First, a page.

My fondest memory, however, is of the stolen half-fried potatoes. Potatoes are always present in some form or other in Bengali meals and Didin was always frying them for use in various vegetable preparations or the mutton or fish jhols (stews). Potatoes would be peeled and cut in specific shapes and proportions for the dishes of the day and would be lightly fried and kept aside. Oh the joy of whacking a piece or two! These would be semi-fried and not quite cooked through so once in a way if you chanced upon one that was completely fried it was heaven!

Half fried potatoes

I was indulged even more by my Thakuma - dad's mother. I was the first granddaughter after a long string of grandsons and I was spoiled thoroughly by everyone. Thakuma was a strict matriarch and ruled her daughters in law with an iron hand. She supervised the cooking of all the meals and her daughters in law assisted and worked under her instruction. She would sit at the unoon and proceed with the cooking and one of the things that was a daily affair was frying potatoes. The fried potatoes would be lifted out of the hot oil and placed carefully in a stainless steel bowl waiting to be added to whatever dishes they were set aside for.

One day as she cooked she reached for that bowl of potatoes only to find it missing. I was discovered sitting under the dining table, hiding behind the chairs enjoying those potatoes.  I was a toddler then, and Thakuma was so amused and pleased with her apparently faultless granddaughter, from then on she would fry a small bowl of potatoes and leave them aside for me to find.

How sweet those simple indulgences and the sheer love. Those indeed were the days...

Friday, June 2, 2017

On My Love-Hate Relationship with Fruit

Lemon Blueberry Tray Bake

In the years at Deccan College I encountered many people. And among them was Mrs Misra, Dr V N Misra's wife. Dr Misra was the hubby's PhD guide and the hubby therefore spent a lot of time with him in his office, and at his house too. The ties were closer than that of the other students with their guides because Dr Misra had also been my mother in law's PhD guide - probably a unique occurrence among guides and students the world over.

My memories of Mrs Misra are of a typical Indian housewife immersed in her husband, her family, and her household. And like most women of her generation, immersed in her kitchen. It goes without saying that she saw a steady stream of students at her table over the decades and must have cooked countless meals and made gallons of tea! And of course I heard stories about her cooking.

What intrigued me the most was the fact that she was a staunch vegetarian but would often cook chicken when there were guests at her table, be they students or Dr Misra's colleagues. I used to wonder how she cooked with ingredients whose flavours she had no idea about.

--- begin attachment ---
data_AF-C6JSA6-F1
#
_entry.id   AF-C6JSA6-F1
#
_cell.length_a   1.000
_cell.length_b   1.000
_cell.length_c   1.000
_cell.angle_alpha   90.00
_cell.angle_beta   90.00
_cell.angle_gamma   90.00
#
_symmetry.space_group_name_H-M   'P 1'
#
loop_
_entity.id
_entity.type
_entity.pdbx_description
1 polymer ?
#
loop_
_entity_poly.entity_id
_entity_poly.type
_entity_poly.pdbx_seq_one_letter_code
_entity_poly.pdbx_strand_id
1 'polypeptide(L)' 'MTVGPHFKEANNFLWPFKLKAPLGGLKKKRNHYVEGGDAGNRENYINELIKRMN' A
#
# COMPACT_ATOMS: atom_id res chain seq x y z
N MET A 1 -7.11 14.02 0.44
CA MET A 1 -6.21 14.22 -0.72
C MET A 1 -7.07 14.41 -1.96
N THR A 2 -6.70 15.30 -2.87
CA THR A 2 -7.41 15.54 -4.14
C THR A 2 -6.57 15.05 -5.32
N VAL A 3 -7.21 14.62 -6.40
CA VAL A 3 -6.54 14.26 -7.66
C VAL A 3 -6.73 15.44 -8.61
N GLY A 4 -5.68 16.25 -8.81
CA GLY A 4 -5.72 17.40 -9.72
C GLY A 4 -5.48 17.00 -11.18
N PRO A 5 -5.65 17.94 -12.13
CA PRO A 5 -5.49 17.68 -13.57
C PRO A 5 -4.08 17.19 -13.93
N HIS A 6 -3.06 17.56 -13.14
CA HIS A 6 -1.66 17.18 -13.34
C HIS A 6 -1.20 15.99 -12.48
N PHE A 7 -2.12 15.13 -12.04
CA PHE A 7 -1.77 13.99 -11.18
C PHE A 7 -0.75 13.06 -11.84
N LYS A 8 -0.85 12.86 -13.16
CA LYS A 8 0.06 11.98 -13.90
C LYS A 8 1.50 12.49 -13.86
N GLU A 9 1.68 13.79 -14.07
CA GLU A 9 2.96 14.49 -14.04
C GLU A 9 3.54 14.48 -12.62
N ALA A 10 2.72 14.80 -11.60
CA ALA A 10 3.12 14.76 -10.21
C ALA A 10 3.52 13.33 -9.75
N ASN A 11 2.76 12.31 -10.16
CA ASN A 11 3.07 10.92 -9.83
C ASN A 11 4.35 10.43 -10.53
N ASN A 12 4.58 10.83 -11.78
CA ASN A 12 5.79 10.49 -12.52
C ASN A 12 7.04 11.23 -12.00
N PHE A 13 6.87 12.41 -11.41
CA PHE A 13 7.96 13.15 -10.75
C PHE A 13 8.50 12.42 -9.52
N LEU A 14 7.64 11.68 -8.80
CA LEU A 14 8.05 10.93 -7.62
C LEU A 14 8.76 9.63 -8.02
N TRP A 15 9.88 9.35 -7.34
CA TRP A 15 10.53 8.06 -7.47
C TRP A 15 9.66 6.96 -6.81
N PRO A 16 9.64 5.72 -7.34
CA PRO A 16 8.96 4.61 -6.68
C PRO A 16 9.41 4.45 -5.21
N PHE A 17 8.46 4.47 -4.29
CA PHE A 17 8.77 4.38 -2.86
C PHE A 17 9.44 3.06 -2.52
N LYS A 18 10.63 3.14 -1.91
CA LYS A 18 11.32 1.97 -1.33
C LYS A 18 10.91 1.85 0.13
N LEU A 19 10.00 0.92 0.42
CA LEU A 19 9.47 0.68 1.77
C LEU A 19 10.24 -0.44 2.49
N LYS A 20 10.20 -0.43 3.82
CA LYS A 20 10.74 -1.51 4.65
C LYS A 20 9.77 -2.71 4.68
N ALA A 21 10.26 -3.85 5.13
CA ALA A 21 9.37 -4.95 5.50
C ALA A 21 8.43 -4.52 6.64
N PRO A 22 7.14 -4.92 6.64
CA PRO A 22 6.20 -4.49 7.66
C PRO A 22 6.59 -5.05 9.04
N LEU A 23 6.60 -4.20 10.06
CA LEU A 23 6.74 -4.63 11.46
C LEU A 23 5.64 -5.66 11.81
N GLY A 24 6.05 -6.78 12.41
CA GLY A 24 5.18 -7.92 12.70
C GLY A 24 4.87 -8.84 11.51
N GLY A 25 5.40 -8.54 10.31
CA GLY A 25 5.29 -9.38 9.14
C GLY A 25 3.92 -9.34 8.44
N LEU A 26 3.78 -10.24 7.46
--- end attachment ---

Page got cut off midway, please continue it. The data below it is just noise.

A few days ago I'd baked this blueberry and lemon cake and on an impulse I took some over for my friend Deepa. She said something to me that somehow explained how Mrs Misra cooked chicken without knowing how it tasted. Deepa said she was amazed at how in spite of my deep dislike for fruit I looked forward to fruits of the season, sought them out, lovingly photographed them, cooked or baked with them, and in fact, enjoyed them so thoroughly without needing to eat them.

Fresh Cherries

The hubby loves fruit and desserts and I love baking and cooking. Somehow fruit would always get left out because of my dislike but somewhere along the way as I spent hours on Pinterest, friends' blogs, and various websites, seeing beautiful cakes and desserts my interest was piqued. Alongside my friends would get excited over the variety of fruit as the seasons changed - mangoes, berries, stone fruit, citrus, the list was ever-changing and endless all the year round. There they were squealing over cherries or mulberries, planning strawberry trips to Mahabaleshwar, posting pictures of rambutans and dragon fruit, going ga ga over mangoes and pineapples - I felt left out.

Fresh Apricots

And thus began my love/hate affair with fruit. The first fruity thing I baked was probably a banana cake - the hubby mashed the bananas and I was just this far from putting a clothes peg on my nose to keep from breathing in that banana-y smell (oh LORD!). But now you will nearly always find fruit in my house waiting to be flung into a cake, pie, or clafoutis, turned into a compote, zested within an inch of its life, or cooked in some form or other.

Plum Clafoutis

The journey is exciting. From learning how to buy fruit to learning how to prep, to anticipate flavours, think of combinations, and to finally create something edible - but with stuff I don't eat - the experience wasn't strange, I never felt handicapped. There's so much information out there to tell you what works and what doesn't. You just find that starting block and you go on from there.

Lemon Zest and Microplane

And now I understand how Mrs Misra did it. It made her man happy and yeah, it makes mine happy too. And that is the biggest motivation indeed.